So the Welsh stood in politics in 1840, a small majority perhaps for the Whigs. In that year was begun the abolition movement among them which was destined to excite more political feeling than any thing before or after. Up to that time little attention was paid by the Welsh to the subject of slavery. They were opposed to the institution on principle but it did not immediately concern them and they were content to leave it alone. They had no more love for the abolitionist than the ordinary Northerner at that time. The few abolitionists among the Welsh in Oneida who had agitated the subject during 1839 had received very little sympathy. (8) They were thought a group of dreaming radicals and ignored. The Welsh were soon, however, to find this small group growing, and the principles of abolition were soon to become a live issue among them.
Robert Everett, the editor of Y Cenhadwr from its establishment in 1840, had been interested in the cause of the slave even before coming to this country. He had welcomed anti-slavery speakers in his church at Winfield and had observed keenly the slavery controversies in Congress. By 1840 he had concluded that there was no hope for action against slavery in the Democratic or Whig parties and so had abandoned the Whigs for the Liberty Party, formed that year. (9) He was not of that radical type of abolitionist that was represented by William Floyd Garrison. He urged the sin of slavery and considered it would be a great gain for the South should their slaves be emancipated at once, but he recognized the limitation of government and was content to urge the abolition of the interstate slave trade and the slave trade in the District of Columbia and slavery in the districts under the jurisdiction of the federal government.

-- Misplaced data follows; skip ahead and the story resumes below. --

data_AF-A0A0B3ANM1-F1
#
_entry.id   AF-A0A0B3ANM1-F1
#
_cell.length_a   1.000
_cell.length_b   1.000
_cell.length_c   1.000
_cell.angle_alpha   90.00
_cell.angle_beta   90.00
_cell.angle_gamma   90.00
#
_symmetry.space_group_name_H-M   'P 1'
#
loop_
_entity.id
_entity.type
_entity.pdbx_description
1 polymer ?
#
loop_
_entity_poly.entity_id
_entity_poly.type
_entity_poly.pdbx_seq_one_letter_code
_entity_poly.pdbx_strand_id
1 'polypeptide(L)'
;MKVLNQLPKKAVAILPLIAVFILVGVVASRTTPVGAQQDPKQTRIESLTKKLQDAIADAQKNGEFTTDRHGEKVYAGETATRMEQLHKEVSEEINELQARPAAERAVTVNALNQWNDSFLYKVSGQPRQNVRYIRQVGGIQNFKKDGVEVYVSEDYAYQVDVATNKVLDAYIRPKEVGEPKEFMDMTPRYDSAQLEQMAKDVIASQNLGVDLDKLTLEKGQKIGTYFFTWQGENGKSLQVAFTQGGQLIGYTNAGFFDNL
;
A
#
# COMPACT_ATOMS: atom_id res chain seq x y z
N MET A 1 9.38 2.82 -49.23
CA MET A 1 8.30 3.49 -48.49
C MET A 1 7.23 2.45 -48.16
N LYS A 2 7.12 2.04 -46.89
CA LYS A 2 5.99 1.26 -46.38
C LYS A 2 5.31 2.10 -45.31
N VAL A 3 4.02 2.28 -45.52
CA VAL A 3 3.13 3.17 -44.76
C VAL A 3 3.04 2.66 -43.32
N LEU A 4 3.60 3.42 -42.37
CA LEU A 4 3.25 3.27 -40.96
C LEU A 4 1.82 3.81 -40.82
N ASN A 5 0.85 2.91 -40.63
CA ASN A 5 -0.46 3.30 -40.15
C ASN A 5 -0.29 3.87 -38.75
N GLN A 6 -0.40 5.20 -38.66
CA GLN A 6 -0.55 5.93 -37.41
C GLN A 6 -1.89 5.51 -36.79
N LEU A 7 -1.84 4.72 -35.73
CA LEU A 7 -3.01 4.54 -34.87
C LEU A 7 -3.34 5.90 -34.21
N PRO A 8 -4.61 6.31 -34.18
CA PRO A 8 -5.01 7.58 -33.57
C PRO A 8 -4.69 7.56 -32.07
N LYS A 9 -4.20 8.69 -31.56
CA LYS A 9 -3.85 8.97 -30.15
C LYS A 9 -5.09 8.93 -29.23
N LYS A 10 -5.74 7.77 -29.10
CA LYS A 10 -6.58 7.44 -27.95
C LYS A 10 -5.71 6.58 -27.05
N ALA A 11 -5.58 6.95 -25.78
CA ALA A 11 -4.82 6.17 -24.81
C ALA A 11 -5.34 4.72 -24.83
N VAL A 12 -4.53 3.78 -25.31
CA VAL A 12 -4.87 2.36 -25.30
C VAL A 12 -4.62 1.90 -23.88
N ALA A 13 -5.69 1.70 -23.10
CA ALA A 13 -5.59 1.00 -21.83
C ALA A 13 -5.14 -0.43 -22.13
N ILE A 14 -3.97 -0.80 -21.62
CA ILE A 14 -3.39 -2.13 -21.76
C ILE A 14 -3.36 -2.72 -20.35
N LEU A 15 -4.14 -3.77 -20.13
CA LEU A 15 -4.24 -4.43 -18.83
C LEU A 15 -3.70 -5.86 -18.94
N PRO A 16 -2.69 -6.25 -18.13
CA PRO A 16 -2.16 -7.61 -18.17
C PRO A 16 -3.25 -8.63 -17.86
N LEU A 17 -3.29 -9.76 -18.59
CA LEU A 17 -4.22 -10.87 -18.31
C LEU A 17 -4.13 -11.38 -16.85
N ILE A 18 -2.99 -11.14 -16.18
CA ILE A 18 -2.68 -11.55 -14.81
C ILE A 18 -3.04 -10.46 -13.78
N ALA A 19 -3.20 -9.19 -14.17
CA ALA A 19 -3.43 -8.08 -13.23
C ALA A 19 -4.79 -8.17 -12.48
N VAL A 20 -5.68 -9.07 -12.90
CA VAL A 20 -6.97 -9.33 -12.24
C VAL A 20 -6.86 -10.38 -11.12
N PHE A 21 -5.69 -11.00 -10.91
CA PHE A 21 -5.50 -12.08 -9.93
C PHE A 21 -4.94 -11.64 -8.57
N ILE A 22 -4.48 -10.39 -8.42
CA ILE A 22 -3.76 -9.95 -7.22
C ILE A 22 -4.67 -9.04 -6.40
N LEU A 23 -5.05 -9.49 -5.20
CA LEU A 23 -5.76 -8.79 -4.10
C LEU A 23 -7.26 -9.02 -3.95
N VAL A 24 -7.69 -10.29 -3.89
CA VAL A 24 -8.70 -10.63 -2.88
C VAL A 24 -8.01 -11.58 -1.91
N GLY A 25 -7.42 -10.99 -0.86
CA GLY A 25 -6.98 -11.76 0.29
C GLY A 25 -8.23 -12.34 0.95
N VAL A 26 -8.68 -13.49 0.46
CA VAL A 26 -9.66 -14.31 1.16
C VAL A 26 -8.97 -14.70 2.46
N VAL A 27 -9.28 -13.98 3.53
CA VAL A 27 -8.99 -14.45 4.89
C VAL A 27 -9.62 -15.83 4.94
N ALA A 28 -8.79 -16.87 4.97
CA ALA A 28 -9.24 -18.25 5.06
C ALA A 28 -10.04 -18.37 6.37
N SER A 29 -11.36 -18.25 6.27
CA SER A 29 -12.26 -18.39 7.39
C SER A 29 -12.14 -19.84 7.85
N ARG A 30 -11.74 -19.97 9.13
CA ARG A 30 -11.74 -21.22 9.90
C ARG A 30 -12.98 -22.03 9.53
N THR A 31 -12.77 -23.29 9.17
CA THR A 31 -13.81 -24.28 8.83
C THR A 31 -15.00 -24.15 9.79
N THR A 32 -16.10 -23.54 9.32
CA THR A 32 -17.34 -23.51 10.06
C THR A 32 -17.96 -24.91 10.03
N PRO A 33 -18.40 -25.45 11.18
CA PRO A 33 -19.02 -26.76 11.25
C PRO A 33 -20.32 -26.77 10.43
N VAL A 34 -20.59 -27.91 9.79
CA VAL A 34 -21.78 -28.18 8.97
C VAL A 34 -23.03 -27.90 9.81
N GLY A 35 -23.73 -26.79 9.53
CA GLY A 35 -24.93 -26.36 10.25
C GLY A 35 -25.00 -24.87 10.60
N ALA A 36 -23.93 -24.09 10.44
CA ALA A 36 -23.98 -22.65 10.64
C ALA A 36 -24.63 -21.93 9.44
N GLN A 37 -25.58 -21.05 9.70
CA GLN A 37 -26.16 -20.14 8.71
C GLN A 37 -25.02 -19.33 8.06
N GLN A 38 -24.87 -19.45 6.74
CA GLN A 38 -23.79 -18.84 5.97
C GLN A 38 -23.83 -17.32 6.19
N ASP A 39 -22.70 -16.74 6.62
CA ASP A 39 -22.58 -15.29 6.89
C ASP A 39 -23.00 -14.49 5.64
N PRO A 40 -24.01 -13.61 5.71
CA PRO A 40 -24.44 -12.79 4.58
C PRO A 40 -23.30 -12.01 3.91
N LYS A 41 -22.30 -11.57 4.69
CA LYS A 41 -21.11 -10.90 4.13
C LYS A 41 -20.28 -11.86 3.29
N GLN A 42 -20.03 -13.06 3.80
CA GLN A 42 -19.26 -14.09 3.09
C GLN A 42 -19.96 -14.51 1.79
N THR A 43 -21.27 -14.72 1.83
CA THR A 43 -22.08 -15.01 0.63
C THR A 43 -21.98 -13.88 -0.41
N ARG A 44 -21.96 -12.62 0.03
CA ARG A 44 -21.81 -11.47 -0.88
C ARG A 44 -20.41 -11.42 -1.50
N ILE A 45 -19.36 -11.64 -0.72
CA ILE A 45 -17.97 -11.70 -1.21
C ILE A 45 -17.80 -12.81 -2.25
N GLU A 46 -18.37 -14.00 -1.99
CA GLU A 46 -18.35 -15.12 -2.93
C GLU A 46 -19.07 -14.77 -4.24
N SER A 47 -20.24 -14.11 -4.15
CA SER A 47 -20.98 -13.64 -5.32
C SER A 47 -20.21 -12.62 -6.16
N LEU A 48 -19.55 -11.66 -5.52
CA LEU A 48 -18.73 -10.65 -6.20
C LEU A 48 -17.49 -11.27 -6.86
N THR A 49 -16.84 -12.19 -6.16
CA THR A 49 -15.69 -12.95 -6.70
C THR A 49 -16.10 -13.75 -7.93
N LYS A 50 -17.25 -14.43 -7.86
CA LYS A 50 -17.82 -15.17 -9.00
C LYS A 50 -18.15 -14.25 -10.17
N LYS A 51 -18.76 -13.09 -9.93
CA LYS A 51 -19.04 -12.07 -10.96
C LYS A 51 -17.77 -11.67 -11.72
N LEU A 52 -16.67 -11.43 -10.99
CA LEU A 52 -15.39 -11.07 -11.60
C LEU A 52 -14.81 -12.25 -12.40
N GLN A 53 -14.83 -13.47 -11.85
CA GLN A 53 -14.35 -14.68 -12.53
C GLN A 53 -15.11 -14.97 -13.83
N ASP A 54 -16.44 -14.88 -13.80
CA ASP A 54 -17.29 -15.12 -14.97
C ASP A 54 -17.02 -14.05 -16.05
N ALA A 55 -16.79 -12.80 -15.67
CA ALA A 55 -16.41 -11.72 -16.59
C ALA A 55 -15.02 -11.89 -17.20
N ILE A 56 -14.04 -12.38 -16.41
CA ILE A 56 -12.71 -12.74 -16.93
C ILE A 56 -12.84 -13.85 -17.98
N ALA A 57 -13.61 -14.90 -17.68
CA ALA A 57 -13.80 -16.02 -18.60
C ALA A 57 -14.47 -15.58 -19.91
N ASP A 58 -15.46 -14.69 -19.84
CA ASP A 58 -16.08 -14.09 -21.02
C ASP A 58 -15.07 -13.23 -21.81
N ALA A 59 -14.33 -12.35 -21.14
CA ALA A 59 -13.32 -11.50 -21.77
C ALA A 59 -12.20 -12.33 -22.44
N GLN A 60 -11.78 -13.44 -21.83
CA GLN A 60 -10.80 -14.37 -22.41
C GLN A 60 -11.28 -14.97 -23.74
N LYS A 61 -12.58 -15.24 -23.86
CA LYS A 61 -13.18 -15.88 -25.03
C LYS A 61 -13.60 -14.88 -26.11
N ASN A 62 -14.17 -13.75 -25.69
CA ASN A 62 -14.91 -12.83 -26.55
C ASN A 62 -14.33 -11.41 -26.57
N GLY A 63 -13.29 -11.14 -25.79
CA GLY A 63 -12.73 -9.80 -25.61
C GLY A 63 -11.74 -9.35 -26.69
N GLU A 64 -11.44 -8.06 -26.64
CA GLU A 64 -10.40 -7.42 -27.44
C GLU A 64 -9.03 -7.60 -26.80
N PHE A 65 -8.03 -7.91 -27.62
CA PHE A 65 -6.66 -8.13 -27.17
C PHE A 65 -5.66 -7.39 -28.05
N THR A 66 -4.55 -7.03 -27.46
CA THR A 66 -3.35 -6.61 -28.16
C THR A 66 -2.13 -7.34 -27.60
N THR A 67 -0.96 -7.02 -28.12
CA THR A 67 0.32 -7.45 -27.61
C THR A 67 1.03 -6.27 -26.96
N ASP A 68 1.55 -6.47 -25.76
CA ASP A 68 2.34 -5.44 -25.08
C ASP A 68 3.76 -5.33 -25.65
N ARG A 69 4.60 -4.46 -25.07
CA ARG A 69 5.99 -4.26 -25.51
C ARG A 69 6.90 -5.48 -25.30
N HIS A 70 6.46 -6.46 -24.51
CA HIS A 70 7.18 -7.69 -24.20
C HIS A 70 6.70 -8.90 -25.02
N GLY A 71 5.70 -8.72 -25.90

When Everett began editing Y Cenhadwr in 1840, he found the Welsh nominally hostile to slavery, but really paying little attention to it and voting regularly with the Whig and Democratic parties which refused to do aught for the limitation or destruction of it. Indeed both parties were resolutely ignoring the slavery question. Nothing was being done by either of the parties to aid the slave and Everett, with the power of his magazine to work with, felt unable to remain quiet. He had to show to his fellow Welshmen the need for action in the cause of the slave and to convince them that abolition measures were necessary. In the first year of Y Cenhadwr he gave but little space to anti-slavery articles, perhaps because he was restrained by the two other editors, (10) but with the second year, when he had almost complete control, the whole power of the paper was brought to the support of anti-slavery. At first with articles showing the sin and cruelty of slavery, the Cenhadwr soon was demanding reform, that abolition measures be taken. Everett had to educate his brother Welshmen to the position he occupied and it was not to be done in a day.
Through Everett's efforts in Y Cenhadwr and the work of the English abolitionists in the Friend of Man, which was published in Utica, a few Welsh began gradually to come over to the cause led by their pastors. December 27th, 1841 there was organized in the Welsh Congregational Church of Utica a Welsh Anti-slavery Society. Seventeen members made up the society and at a second meeting, January 10th of the following year, twenty more joined. The Society among other resolutions voted: "That it is a duty resting upon as a Welsh nation to endeavor to free the slaves in the United States" and took the following pledge: "We whose names are below for the purpose of securing the freedom to the slaves in America and the restoration of freedom to the country, bind ourselves to exhort to the extent of our power; to enlighten and convince our fellow countrymen of the truth of human freedom; we promise to consider the cause our very own for the purpose that we may endeavor to the extent of our power to win others to the cause of anti-slavery; and we who have the suffrage, promise to vote for those nominated for office by the anti-slavery party, unless we believe that the candidate or candidates are unfit for office. (11)